A very cold, stormy day. Snowing and blowing. I did as usual on Sunday.

I had a visit on Monday last from Bro’s. M. Thatcher and C. Nibley. They stayed till Friday and were joined by Bro. Jos. Thatcher; he having been in Virginia.

I sent my manuscript speech, – which I had prepared to deliver when my case came up – to Gen. Kane to revise, he having requested me to do so. He returned with a very few <verbal> amendments. He said the speech was a strong one and would do me credit anywhere.

8 February 1875 • Monday

At the Departments in the morning, then went to the House. Numerous inquiries were made into about my case by Members of me, when it was coming up, &c. I understand that Judge H. B. Smith intends to bring it up to-morrow if he can.

9 February 1875 • Tuesday

Mr. Smith tried to get the floor to have my case brought up. For my description of the scene see letter to Pres. Young of to-day’s date; also Congressional Record. I felt very undisturbed and calm. I know the Lord hears and answers my prayers.

10 February 1875 • Wednesday

At the House. Nothing of particular importance transpired.

11 February 1875 • Thursday

At the House; busy writing letters

12 February 1875 • Friday

Same as yesterday

13 February 1875 • Saturday

At the Departments and the House

14 February 1875 • Sunday

I fasted as usual to-day

15 February 1875 • Monday

At the House. A day of confusion until 2 o’clock when the Com. of the District of Columbia got the floor. Judge Hoar announced death of his colleague, Mr. Saml Hooper. A resolution was adopted to meet at 11 A.m. from now till again changed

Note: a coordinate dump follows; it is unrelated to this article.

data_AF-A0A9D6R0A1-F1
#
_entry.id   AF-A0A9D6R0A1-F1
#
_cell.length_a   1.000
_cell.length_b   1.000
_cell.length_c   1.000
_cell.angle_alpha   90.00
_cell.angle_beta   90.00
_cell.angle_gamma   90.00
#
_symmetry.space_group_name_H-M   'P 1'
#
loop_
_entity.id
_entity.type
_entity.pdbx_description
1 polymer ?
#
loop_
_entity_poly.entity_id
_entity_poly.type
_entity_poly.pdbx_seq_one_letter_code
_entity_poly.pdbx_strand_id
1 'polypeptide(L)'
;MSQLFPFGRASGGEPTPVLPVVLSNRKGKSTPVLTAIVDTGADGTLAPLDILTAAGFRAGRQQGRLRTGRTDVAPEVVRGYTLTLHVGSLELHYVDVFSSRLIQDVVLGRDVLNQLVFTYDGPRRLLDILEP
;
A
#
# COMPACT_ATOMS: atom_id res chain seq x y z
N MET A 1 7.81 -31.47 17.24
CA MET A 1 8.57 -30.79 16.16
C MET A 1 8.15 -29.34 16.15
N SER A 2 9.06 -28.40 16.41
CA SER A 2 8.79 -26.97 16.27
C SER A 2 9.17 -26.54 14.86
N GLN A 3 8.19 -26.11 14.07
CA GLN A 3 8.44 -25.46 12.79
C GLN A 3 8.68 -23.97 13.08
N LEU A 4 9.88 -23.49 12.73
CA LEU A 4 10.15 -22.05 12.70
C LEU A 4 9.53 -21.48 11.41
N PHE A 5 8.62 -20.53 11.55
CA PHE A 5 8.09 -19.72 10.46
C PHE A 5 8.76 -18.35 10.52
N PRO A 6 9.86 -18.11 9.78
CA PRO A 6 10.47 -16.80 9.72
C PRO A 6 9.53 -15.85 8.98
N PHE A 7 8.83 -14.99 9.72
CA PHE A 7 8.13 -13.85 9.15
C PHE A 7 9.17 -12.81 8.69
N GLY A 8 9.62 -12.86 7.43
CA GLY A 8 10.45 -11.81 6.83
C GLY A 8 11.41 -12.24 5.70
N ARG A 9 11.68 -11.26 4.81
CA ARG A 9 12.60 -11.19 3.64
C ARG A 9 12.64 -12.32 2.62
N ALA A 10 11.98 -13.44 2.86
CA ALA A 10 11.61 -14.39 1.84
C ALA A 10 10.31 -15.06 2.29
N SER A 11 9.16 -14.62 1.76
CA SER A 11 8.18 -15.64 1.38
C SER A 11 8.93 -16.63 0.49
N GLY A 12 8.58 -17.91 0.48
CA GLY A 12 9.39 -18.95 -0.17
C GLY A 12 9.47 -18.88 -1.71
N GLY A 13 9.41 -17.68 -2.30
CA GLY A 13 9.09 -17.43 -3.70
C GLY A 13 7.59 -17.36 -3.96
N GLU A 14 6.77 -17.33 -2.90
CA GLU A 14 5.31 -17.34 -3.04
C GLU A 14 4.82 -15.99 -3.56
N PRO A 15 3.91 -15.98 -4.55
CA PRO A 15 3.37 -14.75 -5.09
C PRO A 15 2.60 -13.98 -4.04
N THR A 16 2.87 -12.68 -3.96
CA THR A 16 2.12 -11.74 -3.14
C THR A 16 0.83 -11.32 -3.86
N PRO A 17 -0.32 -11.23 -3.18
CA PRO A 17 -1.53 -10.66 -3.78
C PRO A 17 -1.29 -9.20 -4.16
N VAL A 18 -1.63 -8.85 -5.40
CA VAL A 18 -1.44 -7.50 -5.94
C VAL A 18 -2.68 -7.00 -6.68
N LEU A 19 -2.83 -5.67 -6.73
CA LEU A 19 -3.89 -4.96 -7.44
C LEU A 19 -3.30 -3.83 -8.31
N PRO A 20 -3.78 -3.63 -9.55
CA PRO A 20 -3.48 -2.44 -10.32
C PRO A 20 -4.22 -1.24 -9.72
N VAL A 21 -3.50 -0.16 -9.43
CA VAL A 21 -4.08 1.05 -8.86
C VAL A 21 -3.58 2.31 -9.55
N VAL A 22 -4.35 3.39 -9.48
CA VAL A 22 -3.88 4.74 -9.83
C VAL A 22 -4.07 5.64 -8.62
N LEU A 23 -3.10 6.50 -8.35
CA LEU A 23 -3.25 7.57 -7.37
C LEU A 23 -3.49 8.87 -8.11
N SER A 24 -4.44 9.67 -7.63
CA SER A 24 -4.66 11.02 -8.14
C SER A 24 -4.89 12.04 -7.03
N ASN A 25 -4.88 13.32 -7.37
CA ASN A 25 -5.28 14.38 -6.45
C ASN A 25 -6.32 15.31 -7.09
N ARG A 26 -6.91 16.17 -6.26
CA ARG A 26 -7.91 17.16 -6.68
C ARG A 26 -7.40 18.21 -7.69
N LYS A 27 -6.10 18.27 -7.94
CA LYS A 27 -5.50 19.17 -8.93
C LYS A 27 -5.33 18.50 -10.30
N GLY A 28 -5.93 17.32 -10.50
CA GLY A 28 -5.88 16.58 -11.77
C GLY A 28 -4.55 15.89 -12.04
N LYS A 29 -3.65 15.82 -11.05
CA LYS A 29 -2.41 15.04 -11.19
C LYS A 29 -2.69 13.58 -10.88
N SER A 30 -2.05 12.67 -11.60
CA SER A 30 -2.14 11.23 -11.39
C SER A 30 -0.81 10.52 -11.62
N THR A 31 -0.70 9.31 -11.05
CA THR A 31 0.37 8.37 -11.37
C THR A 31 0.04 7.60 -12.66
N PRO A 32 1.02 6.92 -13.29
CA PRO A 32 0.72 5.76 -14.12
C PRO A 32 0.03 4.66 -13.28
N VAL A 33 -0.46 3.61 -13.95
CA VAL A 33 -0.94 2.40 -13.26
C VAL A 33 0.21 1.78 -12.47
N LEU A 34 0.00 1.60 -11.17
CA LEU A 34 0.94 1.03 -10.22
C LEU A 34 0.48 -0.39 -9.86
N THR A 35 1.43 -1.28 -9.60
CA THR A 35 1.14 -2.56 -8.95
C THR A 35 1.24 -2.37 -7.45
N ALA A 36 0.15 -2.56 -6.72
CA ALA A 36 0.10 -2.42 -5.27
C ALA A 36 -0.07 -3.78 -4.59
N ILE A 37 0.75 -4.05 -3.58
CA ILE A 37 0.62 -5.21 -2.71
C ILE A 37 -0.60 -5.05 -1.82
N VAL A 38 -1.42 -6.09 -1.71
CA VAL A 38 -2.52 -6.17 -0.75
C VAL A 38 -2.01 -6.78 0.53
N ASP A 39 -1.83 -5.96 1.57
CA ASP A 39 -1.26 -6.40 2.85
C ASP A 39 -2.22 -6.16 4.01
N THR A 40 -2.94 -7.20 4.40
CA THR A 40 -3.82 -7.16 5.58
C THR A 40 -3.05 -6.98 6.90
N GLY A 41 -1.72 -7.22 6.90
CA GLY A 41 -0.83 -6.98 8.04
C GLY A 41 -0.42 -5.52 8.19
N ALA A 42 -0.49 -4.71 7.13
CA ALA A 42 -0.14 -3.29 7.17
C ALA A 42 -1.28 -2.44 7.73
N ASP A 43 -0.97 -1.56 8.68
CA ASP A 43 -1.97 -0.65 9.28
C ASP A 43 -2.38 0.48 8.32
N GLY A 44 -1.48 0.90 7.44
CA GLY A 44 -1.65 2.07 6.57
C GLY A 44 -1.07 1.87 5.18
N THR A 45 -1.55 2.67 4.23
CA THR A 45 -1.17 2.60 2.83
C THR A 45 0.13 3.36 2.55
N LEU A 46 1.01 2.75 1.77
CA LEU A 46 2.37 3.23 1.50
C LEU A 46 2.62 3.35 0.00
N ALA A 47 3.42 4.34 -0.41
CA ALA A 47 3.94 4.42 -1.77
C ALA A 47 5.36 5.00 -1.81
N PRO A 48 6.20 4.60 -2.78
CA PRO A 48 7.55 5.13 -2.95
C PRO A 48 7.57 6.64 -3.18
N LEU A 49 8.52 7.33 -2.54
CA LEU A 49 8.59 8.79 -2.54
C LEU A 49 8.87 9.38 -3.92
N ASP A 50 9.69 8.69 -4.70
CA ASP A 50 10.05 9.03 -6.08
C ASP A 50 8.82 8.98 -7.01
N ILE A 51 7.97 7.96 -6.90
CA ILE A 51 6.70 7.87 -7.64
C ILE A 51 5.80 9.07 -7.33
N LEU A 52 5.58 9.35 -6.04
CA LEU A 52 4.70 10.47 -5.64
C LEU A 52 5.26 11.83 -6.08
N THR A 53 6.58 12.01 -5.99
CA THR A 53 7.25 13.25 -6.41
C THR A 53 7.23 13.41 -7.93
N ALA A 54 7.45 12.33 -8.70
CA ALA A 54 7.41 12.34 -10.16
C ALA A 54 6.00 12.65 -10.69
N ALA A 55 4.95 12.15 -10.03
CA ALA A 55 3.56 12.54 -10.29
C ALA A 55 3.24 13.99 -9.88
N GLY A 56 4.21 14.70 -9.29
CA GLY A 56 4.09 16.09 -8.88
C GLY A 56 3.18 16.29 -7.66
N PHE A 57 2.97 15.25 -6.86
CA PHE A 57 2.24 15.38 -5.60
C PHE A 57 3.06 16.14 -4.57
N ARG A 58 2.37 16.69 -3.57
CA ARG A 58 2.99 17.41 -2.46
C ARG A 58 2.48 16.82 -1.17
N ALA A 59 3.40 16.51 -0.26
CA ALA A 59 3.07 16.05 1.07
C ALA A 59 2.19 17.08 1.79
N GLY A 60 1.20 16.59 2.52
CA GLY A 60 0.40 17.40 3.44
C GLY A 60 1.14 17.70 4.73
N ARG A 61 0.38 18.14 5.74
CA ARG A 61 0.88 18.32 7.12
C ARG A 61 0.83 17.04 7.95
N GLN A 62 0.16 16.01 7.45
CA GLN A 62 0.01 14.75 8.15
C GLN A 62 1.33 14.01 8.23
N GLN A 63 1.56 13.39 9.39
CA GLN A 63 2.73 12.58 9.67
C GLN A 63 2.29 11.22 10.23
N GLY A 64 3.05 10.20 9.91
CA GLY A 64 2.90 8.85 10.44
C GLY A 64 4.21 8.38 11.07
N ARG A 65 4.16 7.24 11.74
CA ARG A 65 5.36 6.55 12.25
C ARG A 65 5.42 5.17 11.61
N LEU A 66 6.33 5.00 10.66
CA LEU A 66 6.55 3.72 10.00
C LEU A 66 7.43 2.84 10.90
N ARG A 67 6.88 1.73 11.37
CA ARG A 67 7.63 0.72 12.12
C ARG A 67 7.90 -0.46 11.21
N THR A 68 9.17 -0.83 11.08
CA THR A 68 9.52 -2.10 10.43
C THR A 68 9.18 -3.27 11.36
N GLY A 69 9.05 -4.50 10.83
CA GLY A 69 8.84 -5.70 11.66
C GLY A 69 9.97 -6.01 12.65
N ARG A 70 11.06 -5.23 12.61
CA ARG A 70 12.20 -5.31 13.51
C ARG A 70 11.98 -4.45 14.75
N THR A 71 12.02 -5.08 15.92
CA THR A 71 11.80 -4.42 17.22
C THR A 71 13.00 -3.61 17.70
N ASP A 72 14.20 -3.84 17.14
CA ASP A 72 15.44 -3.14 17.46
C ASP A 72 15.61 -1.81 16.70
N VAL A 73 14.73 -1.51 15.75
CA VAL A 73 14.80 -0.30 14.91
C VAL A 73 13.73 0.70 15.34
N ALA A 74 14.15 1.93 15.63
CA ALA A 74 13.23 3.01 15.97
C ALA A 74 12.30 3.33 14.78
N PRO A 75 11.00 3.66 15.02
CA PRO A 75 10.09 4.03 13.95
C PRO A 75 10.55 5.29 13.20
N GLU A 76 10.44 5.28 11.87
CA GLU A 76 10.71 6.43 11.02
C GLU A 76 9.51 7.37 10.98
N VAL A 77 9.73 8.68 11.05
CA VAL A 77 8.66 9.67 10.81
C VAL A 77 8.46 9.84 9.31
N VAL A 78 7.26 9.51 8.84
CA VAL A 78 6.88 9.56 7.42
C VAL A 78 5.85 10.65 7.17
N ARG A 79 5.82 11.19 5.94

16 February 1875 • Tuesday

Met at 11 o’clock. At 2 p.m. the funeral of Hon. Sam’l. Hooper took place at the House of Rep’s. Dr’s. Butler and Aiken officiating. The first read portions of scripture. The second read prayers out of the Episcopal prayer book. The Hall and galleries were crowded. President Grant and Cabinet, the Judges of the Supreme Court, the Senate & the Members of the House being present.

17 February 1875 • Wednesday

At the House. Judiciary Com. had this evening assigned to them to report bills. Among others (H. 3996) was one giving to the district courts of the Ter. of Utah the power to condemn land for Railroad purposes – a power held under our Territorial laws by the Probate Courts until <the> Poland bill took it away from them. Some of my friends, thinking I was not there, had questions to ask and remarks to make about it. I afterwards spoke and endeavored to show how much better it would be to have this power given to any court of record which would include probate and district courts, and made a motion that the bill be so amended, which Poland accepted. Felt thankful for my success.